It is the the problem of Eun-U that has been causing JH's mom to insist that JH find a relationship with someone as "damaged" as he is so that he won't be judged as harshly by his new in-laws who would be likely to be grateful that someone take on their "damaged" daughter.  Since JI has not been married before, she hasn't got those scars but she is very likely to be rejected on a second matter by JH's parents:  she is in breach of filial piety and she has left her previous relationship without permission.

 

Our main couple is really walking a knife-edge when it comes to family relationships.  

 

Presumably someone can offer better information than I but, as I understand it, the basic nine tenets of Korean family piety are:

  • protecting the body your parents gave you
  • serving your parents 
  • respecting your parents
  • obediently listening to your parents
  • supporting your parents
  • remonstrating with your parents if they fall victim to evil influence
  • being successful
  • remembering your parents' virtue
  • offering sacrifice to parents in death rites 

 

 

 

 I'm very aware of  how cultural orientation shapes perspective can limit understanding of  cross-cultural narratives.  This is why I often mention that my perspective is predominately western.  I do so because I know is limits my understanding of the nuances in the storytelling.  I also know that my understanding of the story is limited by my worldview and I've never insisted that anyone see the world as I do.  I think that different interpretations can peacefully co-exist.  The better the art the more varied the interpretation will be. We get out of a story what we bring to the story (and more).  I think the difference in perspectives adds richness to the forum. Things only become uncomfortable when individuals insist that their interpretation is the only valid one. 

 

I also have a sense of the difference between the Western-individual identity focus and the Asian-Collective responsibility focus ways of being oriented in the world.  While I can't speak for the Asian perspective, I feel I can say that the western focus isn't entirely individualistic.  We in the West love and support our families up and down the generational line.  We also support our friends and community and I'm aware no one is saying otherwise.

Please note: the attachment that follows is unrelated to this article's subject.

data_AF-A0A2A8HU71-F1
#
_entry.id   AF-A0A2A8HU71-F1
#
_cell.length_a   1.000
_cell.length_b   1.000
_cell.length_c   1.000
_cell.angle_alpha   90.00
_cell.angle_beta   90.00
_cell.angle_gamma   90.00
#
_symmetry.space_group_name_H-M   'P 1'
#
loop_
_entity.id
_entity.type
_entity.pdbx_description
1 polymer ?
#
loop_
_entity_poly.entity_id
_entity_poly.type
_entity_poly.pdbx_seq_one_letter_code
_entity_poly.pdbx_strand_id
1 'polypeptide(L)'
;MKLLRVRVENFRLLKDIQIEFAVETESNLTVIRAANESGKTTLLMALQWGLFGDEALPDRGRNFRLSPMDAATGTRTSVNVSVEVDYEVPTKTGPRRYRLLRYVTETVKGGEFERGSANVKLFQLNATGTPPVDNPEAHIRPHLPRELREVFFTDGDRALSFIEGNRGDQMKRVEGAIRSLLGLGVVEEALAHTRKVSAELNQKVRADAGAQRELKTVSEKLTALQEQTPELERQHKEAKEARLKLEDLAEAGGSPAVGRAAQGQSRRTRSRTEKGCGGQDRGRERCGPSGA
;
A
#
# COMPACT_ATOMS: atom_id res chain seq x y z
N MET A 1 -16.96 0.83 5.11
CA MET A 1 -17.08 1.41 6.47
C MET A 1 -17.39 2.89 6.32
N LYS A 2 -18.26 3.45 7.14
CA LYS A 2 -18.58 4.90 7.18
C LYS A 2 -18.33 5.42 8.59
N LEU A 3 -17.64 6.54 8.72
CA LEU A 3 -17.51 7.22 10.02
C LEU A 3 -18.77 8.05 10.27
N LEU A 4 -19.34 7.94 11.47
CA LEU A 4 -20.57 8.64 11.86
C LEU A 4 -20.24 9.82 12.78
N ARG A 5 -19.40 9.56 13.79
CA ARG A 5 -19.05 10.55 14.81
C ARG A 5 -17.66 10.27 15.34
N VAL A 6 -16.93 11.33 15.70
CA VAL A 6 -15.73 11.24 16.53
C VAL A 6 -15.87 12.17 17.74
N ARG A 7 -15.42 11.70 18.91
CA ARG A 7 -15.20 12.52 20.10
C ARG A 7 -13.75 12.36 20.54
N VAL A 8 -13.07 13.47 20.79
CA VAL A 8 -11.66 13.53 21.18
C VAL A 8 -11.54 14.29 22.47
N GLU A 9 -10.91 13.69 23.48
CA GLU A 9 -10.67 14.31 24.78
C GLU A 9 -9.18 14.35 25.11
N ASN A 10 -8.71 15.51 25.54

I also think that there is a spectrum or orientation towards parental investment. At one end there is the belief what a parent invest in a child and the child repays the parent's investment by investing in the parents when the parent is older and needs help.  The other view is that the parent invest in the child to help the child become self sufficient and able to survive without the parent's help.  Most families, Asian or Western falls somewhere on the spectrum. 

 

I don't think it is that easy for people in the West to stop speaking to their parents unless their parents have been and continue to be harmful to the child. There is often a family member or family friend working to mediate a reconciliation. 

 

The reason I watch Korean drama and Victorian novels is similar, to experience people struggling under different rules expectation navigate their world to fulfill the same desires that my peers and I have.  I don't judge the "correctness" of their approach to life, I can and do judge how harmful their choices are to them. I think my investment of time in the story and characters gives me the right to bemoan and constrains that hinders their happiness. That's usually the results story expect--the audience being upset by whatever impedes the happiness of the protagonist.